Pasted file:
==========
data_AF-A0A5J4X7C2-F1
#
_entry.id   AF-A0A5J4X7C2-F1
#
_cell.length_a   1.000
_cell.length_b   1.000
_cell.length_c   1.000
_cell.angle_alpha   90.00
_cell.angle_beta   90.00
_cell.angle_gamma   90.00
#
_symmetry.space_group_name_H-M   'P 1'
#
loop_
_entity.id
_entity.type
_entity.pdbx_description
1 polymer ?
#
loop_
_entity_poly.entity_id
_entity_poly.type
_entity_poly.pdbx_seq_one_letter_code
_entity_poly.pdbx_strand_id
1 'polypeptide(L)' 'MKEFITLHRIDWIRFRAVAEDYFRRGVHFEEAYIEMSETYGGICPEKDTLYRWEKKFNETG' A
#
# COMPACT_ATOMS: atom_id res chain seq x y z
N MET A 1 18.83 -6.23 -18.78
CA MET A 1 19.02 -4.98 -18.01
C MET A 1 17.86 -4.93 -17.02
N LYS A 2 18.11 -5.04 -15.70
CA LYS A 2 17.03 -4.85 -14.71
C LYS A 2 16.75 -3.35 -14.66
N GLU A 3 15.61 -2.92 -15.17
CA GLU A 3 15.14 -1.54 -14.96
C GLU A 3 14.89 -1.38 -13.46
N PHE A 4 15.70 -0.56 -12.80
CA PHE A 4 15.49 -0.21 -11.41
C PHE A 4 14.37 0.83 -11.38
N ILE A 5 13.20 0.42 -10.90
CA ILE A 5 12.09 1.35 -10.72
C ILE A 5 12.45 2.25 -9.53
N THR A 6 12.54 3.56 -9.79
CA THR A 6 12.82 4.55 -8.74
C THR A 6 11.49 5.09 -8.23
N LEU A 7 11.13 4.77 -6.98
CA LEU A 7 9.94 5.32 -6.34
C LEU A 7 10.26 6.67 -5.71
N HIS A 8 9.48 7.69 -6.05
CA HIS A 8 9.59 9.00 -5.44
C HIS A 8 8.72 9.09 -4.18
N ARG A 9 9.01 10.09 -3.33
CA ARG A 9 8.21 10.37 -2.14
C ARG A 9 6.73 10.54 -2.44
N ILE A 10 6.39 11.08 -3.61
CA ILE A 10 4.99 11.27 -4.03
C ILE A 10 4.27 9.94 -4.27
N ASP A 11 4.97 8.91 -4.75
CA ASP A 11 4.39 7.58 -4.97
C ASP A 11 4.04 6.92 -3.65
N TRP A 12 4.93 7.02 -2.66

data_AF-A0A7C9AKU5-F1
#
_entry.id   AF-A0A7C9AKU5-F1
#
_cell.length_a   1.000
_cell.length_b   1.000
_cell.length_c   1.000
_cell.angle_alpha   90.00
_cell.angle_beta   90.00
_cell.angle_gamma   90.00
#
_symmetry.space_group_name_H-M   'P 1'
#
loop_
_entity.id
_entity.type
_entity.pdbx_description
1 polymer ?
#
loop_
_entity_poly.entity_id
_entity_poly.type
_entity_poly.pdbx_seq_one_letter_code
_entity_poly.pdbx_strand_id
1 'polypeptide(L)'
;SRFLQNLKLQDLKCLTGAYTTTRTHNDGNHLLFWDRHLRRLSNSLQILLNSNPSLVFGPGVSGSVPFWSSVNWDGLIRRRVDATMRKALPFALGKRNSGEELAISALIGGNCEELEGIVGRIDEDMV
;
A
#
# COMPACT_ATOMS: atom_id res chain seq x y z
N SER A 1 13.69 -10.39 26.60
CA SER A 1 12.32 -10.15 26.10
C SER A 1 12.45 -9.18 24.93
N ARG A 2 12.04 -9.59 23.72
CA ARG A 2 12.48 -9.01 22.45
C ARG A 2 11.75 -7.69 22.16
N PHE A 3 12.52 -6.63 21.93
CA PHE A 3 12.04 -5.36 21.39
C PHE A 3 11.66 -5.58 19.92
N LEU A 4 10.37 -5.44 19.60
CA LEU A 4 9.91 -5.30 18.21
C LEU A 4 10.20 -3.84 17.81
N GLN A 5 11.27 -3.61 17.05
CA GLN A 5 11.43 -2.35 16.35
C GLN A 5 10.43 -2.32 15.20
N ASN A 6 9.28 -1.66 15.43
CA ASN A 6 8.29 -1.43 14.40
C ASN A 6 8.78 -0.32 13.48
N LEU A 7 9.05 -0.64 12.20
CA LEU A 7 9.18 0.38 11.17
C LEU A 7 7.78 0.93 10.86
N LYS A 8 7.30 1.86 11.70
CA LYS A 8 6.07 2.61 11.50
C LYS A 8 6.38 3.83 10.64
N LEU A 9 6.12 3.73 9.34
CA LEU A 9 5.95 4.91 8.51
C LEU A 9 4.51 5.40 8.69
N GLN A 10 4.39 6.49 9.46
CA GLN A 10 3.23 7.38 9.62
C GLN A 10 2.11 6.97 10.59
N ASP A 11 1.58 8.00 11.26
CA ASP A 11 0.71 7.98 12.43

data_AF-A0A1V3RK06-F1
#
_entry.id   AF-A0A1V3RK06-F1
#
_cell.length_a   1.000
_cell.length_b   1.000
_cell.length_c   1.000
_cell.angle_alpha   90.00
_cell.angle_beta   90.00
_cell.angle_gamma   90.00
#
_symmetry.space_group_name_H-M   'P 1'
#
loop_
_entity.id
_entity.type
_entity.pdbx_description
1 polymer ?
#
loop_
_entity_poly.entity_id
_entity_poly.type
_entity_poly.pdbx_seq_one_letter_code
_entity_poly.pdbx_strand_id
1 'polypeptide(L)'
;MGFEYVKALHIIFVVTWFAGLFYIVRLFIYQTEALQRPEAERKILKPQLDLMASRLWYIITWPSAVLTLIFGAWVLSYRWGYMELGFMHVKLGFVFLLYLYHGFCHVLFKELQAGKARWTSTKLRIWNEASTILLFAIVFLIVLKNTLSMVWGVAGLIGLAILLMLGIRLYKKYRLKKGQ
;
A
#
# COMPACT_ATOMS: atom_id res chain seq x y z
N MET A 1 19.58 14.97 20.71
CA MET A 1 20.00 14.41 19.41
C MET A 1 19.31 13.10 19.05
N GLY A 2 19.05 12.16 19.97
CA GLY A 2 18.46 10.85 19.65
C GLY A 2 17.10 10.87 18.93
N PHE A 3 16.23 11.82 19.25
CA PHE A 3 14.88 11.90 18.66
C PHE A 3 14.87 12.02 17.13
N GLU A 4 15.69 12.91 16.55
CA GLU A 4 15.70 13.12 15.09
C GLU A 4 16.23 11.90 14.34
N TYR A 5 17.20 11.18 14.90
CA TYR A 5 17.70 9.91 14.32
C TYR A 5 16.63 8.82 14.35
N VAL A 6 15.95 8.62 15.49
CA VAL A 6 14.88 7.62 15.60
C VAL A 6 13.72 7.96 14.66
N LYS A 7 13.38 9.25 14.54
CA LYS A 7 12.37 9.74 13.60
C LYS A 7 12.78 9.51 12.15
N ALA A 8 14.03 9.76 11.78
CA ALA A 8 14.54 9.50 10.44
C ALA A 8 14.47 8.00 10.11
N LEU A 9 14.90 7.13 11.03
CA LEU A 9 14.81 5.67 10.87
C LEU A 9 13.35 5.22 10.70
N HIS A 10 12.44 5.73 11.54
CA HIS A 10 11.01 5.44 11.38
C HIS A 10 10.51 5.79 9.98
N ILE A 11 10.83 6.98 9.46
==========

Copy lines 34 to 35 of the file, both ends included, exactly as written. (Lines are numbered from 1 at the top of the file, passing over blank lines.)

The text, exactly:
N GLU A 3 15.61 -2.92 -15.17
CA GLU A 3 15.14 -1.54 -14.96